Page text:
Marking 15 years of publishing online

It was 15 years ago on this date (Sept. 5, 1998) that I launched Online Journal as an alternative to the corporate media, then 12 years and 5 months later changed to a more appropriate name, Intrepid Report.

My objective was and is to offer people information they weren’t getting from the corporate media and needed to make informed decisions.

There were few independent news and information outlets online back then, which is why I had chosen the name Online Journal but as that changed, the name Online Journal seemed passé—even confusing to some—in keeping with the news, analysis and commentaries I was publishing, thanks to the many professional and citizen journalists who contributed their work.

The corporate media are the handmaidens of the power elite. Their propagandistic arm, if you will. This is no accident. They knew that in order to control the people, they had to control the message. So they went on a binge of buying the independent newspapers, television and radio station or putting those who refused to sell out of business.

I can attest to the awfulness of working for a corporate-owned newspaper. Even as the editor, I was subjected to being told what I could publish and the nouns and adjectives that were forbidden in headlines. The publisher I had enjoyed working for was a wonderful man who gave his editors complete autonomy and we repaid his confidence in us by putting out quality newspapers. Thinking he was doing us a favor that would result in better pay and benefits, he sold the papers to a big corporation that knew nothing about journalism but, unbeknownst to him at the time, had a right-wing political agenda and thought nothing of breaching the wall between editorial and advertising. A month after the corporate mob took over, as much as I loved journalism and had enjoyed my job as editor, I quit.

Watching what was happening to the US news media, I seethed. Then along came the Internet and I met Jane Prettyman, who was publishing The Real News Page online. Jane encouraged me to start my own online publication, hence Online Journal. Alas, Jane departed this earth on June 24 of this year and, to my regret, we lost contact over the years, but I shall always credit her for persuading me to publish online, first as Online Journal and now as Intrepid Report.

Intrepid Report, as was Online Journal, is an independent, reader-supported publication championing the rights of the people. I receive and want no funding from corporations or foundations. I rely on donations from you, the readers, to keep Intrepid Report going.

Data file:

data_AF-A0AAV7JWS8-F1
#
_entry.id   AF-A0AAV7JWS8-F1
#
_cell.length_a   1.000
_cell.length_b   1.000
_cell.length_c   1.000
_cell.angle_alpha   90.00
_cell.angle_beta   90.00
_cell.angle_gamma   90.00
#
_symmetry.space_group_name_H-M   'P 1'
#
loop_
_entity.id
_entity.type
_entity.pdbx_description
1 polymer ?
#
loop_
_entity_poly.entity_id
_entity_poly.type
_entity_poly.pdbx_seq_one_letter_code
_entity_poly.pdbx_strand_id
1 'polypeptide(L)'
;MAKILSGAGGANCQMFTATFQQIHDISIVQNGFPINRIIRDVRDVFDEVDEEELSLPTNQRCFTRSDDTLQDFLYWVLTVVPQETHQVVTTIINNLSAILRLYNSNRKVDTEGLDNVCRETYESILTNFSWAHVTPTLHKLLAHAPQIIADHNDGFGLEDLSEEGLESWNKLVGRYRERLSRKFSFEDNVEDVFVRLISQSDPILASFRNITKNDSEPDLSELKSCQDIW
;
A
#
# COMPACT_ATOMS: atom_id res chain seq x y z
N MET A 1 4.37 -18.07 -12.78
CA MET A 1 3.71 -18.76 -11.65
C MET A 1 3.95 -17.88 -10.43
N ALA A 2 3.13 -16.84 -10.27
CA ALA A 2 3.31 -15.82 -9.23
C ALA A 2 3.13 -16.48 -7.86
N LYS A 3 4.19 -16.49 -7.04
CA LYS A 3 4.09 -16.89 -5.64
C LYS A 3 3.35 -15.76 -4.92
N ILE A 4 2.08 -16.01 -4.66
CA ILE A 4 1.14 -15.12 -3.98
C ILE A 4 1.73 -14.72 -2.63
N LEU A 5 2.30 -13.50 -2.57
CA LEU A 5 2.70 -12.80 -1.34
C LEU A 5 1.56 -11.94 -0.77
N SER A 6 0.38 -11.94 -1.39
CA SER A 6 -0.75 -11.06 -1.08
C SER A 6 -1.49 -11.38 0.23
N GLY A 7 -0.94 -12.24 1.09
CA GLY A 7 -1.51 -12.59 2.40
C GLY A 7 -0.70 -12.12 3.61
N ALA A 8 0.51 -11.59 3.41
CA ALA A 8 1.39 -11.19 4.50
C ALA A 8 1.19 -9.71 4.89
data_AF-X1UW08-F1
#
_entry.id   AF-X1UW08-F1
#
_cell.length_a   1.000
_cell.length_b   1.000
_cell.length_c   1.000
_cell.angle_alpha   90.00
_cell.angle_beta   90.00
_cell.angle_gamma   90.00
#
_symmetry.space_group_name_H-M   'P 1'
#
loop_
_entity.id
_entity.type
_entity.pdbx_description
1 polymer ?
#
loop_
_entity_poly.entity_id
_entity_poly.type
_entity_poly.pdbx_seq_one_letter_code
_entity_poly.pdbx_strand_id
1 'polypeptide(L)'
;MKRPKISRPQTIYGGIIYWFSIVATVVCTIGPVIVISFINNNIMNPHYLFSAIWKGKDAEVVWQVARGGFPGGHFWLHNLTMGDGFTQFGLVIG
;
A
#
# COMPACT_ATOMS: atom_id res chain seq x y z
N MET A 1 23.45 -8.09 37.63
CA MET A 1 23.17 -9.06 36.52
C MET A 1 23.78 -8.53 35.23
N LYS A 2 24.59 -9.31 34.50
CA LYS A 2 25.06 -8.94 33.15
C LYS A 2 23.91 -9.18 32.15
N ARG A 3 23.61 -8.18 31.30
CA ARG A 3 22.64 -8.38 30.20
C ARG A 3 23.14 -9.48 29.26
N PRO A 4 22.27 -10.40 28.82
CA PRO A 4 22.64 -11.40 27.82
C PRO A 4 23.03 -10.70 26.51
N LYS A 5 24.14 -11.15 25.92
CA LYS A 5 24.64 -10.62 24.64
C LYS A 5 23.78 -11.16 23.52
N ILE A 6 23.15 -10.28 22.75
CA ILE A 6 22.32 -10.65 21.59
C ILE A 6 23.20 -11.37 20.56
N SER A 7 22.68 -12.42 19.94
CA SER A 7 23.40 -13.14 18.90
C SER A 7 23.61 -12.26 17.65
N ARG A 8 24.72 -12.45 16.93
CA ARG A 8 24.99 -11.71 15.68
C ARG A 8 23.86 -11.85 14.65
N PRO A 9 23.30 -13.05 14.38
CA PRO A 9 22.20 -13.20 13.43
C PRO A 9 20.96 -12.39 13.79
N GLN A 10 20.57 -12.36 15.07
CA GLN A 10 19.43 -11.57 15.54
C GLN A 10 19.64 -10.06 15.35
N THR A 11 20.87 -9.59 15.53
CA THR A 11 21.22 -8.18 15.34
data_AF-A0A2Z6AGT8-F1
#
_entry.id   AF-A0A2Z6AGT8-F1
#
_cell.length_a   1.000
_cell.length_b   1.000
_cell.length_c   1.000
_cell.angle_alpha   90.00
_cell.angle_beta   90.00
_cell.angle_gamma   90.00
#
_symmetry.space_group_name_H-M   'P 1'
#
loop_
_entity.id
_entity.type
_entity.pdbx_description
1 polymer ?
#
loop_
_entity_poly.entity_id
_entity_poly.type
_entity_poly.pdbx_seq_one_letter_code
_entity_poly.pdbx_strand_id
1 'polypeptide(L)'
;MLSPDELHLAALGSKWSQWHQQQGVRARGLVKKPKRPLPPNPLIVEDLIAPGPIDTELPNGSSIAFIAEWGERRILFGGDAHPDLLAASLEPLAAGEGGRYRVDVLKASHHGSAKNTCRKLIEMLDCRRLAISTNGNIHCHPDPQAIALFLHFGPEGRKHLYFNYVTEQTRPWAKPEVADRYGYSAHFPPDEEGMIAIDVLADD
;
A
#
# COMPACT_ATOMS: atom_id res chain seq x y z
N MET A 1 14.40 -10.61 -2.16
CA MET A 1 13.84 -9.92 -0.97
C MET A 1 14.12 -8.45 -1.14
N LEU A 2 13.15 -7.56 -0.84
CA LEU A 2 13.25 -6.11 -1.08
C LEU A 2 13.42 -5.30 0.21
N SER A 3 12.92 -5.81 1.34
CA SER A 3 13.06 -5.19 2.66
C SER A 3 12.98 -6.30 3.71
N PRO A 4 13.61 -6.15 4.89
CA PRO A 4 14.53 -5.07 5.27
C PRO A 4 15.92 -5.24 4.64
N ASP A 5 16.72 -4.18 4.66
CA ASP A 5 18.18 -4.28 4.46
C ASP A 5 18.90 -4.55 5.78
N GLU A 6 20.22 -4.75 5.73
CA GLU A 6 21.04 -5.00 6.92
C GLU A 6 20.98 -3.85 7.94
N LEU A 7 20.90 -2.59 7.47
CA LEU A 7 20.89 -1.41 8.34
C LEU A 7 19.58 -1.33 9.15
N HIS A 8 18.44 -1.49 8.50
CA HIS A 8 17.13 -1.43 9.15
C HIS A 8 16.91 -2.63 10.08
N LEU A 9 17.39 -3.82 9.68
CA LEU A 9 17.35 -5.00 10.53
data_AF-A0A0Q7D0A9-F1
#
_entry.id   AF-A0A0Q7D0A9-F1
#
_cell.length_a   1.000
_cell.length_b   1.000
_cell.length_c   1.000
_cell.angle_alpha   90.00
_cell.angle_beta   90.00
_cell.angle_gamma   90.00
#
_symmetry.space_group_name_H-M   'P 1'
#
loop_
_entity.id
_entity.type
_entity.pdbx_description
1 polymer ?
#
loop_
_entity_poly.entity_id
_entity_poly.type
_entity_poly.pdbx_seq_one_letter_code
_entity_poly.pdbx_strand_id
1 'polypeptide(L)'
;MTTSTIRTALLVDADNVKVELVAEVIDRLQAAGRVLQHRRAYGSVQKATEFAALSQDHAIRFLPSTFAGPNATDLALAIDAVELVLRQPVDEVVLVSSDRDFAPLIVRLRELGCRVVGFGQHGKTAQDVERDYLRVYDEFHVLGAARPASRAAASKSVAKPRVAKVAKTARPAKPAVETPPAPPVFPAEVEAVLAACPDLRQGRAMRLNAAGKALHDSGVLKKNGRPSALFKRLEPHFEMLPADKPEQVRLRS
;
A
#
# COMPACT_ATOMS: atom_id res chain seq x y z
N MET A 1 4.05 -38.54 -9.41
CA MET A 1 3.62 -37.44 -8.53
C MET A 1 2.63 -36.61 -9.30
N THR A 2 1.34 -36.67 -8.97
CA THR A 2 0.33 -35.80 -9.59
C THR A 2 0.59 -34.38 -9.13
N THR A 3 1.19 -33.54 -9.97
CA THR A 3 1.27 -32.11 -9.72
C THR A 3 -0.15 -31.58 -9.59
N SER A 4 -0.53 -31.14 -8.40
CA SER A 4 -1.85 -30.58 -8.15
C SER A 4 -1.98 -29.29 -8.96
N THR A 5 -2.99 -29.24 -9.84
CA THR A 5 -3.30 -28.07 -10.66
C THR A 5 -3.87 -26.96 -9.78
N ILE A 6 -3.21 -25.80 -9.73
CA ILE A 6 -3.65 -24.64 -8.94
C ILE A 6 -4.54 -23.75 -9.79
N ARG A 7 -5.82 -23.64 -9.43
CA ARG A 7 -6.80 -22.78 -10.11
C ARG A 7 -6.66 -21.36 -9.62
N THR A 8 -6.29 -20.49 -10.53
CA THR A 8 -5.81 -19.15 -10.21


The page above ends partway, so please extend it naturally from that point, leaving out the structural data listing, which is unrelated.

Together, we have come a long way in 15 years and, with your help, we can continue to be an alternative to the so-called “mainstream” and “quasi-alternative” media. You can make a one-time or recurring donation by clicking here. If you prefer to donate by check or money order, email me at editor@intrepidreport.com for a mailing address.

Bev Conover is the editor and publisher of Intrepid Report. Email her at editor@intrepidreport.com.

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3 Responses to Marking 15 years of publishing online

  1. Congratulations, Bev, for your fifteen years online, and here’s to looking towards fifteen more.
    Good luck, good health, good thinking.
    Regards,
    Jerry Mazza,
    Associate Editor.

  2. Congratulations, indeed. It is a worthy accomplishment, driven by worthy goals, and excellebnt work.

    The corporate acquisition of the major media outlets began over 100 years ago, around 1907, when the owners of the largest banks realized they needed to get public support behind their idea for a central bank. Then, with no radio, TV, etc., newspapers were the only outlets. At the time, there were over 400 daily papers published in the country. The bankers studied it, and also realized that if they had the 25 largest papers, they could accomplish their purpose. A few of those large papers were already owned by ‘inner elite’ families, in Boston, New York, Philadelphia, and DC. All that remained was to either buy those papers in other, larger towns, Chicago, LA, San Francisco, or place their chosen ‘operatives’ as editors. They went to work, co-opted Hearst’s ego with flattery, and in 5 years had what they needed. The Federal Reserve Act was passed in both houses of Congress, in mid-December 1913, and taken to the White House on December 23, 1913, for Wilson’s signature – one hell of a Christmas present. To Wilson’s credit, he did later say that signing that piece of legislation was the greatest mistake he ever made.

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